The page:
Michigan’s Toxic Dilemma

from Wildlife Promise

Oiled muskrat in Michigan after oil spill

Oiled muskrat after Michigan oil spill, April 2010

I’m a Michigan native, and even I was shocked to read the news today that we have 11,000 contaminated toxic hotspots & little money to clean them up:

Experts say the state is at a crossroads: It has more than 11,000 contaminated sites and leaky underground storage tanks, many without owners, and can’t keep using Band-Aids to fix them. [...]

The state is out of money from two voter-approved bond issues that were used to clean up contamination for the last 22 years.

One of my first thoughts was, how many are in my backyard? And my next thought was, how many people know about this?

For the last few decades, Michigan has been using quick-fix approaches to clean and restore these sites. But sadly, at a time when we need to have big solutions to fix this problem, we’re left with even fewer resources to do it. The Detroit Free Press did a full page spread, illustrating the need for an all hands-on-deck approach.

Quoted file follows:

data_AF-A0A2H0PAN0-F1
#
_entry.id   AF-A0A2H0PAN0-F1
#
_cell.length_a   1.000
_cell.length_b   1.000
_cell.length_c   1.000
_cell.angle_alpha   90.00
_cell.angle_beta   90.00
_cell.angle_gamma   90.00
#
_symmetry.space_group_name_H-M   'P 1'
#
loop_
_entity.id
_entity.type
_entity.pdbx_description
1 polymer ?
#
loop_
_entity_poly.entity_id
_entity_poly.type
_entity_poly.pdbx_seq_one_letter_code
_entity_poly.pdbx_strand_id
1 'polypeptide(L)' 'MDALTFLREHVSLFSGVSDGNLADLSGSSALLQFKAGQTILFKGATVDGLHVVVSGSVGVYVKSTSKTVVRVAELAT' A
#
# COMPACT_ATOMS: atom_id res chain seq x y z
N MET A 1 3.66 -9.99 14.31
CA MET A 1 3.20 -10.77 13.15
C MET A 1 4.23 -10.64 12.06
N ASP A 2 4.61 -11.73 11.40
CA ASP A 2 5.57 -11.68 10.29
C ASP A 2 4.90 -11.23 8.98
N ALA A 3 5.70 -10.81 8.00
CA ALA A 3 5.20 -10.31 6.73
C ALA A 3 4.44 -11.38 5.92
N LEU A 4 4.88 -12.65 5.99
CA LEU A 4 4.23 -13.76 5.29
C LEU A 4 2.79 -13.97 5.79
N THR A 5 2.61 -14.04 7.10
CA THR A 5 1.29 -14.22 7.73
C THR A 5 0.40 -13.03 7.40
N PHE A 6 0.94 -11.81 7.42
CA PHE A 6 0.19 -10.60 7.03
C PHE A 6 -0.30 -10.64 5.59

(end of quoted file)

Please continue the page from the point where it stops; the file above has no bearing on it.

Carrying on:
What’s the solution for this massive undertaking? Some conservation groups believe a 3/8 cent sales tax is a good start. Over 25 years, this fund would provide millions of dollars for environmental protection & cleanups. It’s critical for the health of our natural resources, Great Lakes, people & wildlife that we participate in the discussion to find a solution.

I can’t imagine reading another headline in 20 years that says “Michigan has 25,000 toxic spots, with no money for cleanup.” Can you?